Building Farmer Capacity in Kenya

The transition of school feeding from the World Food Programme to the Kenyan Government has brought excellent benefits for smallholder farmers.
Smallholders, who have in the past been exploited by middlemen and production forces and marketing that demand large economies of scales, can today happily trade with the government, get paid promptly and improve their earning potential.
History of HGSF in Kenya 
In 2009, the government began to take charge of school feeding in arid and semi-arid areas and initiated the Home Grown School Feeding (HGSF) programme, where it allocated a part of its budget to see cash transferred to schools to buy food from local smallholder farmers. 
Each year, the delivery of school meals to 50,000 pupils is transferred from the WFP to the government. And with the HGSF programme, farmers can be paid a premium and schools can receive fresh food that is locally produced.
Challenges Faced 
However, it was not easy for the farmers to access this market. Government procurement is structured and operates under the Public Procurement and Oversight Act. This meant that farmers, as individuals, could hardly access this market. They did not even know such a market existed.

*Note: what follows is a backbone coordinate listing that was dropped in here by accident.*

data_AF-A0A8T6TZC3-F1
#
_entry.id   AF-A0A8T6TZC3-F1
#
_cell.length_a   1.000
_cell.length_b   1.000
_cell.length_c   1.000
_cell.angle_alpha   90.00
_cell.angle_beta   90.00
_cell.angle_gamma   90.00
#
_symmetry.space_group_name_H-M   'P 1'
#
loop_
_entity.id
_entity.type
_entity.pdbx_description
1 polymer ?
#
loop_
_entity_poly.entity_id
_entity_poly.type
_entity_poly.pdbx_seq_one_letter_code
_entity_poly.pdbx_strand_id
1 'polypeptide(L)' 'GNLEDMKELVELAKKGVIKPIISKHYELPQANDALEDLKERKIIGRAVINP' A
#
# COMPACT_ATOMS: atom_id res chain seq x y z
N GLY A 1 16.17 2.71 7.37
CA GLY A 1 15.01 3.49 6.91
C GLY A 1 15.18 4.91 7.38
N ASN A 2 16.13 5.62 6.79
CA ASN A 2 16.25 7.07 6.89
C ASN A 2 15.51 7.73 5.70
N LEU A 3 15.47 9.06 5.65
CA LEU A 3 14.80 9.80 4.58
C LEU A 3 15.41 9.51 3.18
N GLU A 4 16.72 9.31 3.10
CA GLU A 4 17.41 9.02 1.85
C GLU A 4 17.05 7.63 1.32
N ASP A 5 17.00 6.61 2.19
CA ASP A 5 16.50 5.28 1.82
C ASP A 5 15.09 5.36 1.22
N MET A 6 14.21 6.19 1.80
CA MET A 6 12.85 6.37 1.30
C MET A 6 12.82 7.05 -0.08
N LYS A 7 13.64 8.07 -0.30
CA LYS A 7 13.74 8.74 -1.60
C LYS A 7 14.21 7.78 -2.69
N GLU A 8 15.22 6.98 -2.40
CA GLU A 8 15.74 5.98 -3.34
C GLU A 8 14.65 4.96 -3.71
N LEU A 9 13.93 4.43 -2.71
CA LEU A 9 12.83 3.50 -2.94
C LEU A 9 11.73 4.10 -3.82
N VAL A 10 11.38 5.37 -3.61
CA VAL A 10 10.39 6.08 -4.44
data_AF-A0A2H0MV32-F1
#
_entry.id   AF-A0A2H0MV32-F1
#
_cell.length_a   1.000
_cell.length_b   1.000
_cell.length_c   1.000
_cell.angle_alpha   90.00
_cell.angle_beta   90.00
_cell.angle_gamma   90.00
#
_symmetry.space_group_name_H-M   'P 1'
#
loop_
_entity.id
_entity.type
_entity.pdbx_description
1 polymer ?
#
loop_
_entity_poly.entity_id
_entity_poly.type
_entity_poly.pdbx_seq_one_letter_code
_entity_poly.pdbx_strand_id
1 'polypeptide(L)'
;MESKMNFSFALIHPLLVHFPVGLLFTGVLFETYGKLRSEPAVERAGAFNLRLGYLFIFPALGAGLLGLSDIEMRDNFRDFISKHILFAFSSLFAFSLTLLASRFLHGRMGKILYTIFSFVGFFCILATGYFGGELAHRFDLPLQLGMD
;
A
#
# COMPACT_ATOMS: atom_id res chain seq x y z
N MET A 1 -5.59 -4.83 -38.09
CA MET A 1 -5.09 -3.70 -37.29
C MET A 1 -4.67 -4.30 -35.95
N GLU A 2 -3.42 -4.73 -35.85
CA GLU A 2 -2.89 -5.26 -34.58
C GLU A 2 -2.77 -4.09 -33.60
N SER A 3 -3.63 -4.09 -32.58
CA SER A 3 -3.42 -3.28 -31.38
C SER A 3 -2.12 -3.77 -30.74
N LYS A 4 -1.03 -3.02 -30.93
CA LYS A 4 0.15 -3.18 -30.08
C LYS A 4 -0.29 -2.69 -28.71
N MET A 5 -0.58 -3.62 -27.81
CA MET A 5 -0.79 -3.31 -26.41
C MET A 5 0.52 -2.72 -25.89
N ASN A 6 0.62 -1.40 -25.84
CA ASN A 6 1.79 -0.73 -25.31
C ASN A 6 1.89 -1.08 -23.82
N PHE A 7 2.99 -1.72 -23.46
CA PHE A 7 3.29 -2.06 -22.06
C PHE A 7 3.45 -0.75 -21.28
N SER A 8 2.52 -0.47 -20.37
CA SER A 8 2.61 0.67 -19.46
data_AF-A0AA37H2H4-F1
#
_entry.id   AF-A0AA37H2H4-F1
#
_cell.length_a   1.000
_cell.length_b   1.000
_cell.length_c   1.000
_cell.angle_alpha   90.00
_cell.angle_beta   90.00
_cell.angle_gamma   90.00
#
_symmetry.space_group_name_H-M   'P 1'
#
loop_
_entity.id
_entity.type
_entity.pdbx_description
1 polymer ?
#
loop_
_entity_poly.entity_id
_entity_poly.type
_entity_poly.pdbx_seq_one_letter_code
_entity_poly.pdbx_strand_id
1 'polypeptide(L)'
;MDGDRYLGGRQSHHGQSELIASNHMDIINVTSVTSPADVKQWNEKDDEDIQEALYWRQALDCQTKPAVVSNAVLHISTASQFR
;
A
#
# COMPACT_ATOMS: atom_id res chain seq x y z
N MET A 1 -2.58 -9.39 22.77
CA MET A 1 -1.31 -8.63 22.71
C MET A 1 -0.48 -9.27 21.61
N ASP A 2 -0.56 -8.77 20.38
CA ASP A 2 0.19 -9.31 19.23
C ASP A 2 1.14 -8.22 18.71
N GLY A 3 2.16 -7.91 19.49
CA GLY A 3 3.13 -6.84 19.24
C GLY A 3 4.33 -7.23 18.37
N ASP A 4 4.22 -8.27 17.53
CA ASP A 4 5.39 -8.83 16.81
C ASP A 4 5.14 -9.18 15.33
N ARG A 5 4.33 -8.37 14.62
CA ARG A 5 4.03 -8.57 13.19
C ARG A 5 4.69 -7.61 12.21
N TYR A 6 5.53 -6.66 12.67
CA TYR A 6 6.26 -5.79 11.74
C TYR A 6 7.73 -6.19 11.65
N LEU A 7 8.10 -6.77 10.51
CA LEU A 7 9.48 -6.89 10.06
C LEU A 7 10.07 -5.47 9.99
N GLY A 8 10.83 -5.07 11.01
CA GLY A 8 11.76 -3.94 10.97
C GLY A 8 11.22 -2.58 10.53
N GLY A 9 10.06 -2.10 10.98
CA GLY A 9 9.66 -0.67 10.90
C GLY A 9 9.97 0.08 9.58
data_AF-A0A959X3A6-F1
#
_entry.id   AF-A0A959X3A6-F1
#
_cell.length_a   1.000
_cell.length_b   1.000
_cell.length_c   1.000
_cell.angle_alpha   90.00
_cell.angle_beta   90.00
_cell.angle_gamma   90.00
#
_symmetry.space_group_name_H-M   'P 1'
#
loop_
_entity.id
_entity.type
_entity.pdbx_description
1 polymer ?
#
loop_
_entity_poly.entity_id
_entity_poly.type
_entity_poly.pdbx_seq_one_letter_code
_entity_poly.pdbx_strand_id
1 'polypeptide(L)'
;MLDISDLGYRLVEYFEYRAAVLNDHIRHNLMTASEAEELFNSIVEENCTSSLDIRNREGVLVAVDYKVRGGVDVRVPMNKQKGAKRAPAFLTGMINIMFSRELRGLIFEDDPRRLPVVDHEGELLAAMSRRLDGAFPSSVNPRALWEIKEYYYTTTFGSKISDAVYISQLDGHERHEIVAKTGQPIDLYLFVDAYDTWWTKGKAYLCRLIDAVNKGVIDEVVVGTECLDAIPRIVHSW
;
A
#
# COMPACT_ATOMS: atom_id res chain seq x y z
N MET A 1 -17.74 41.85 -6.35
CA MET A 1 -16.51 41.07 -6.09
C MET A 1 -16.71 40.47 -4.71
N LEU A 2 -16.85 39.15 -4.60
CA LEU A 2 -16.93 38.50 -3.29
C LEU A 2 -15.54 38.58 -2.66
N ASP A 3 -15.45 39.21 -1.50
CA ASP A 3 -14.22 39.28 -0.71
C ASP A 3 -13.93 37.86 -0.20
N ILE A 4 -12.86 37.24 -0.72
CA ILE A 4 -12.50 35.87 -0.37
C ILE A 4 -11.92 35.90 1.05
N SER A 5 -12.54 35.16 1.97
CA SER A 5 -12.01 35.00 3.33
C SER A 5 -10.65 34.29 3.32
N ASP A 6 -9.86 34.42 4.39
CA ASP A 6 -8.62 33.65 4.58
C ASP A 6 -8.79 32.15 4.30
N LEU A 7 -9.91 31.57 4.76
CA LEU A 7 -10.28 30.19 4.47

That called for a catalyst. In 2011, Dutch development organisation SNV in Kenya, with support from the Bill and Melinda Gates Foundation, began to implement the Procurement Governance for its HGSF Project and today, 12,000 farmers are participating in the pilot phase.
The farmers are organised into associations so they can have the legal persona to do business with the government. The associations give farmers the impetus and voice in the market. So far, SNV have created 100 farmer-based organisations in Laikipia, Kilifi, Lamu, Narok, Kitui/Makueni, Elegeyo-Marakwet and Baringo. 
Some of the challenges experienced include the farmers' incapacity to bid for tenders; reliability, quality and consistency of supplies, as well as lengthy and exclusive tendering processes. The opaque and almost exclusive system was not open to public scrutiny and participation.
Overcoming Challenges
SNV is working as a catalyst and playing a facilitative role of bringing together diverse stakeholders in the school meals value chain. For this enterprise to take root, they have strengthened the capacity of schools and smallholder farmers. Schools can now get the right food within the law while farmers can now access the available market.
The HGSF programme has increased local food production and enable many farmers to earn extra incomes, lifting them out of poverty. 
Working in Partnership 
Earlier this year, SNV also worked in collaboration with Imperial College London’s the Partnership for Child Development to organise a matchmaking event in Kilifi and Lamu between farmer and cooperative groups, traders, schools and local government officials. During the event business connections between farmers, traders and schools were established to allow more farmer produce to be supplied to the HGSF programme. Read more about the matchmaking event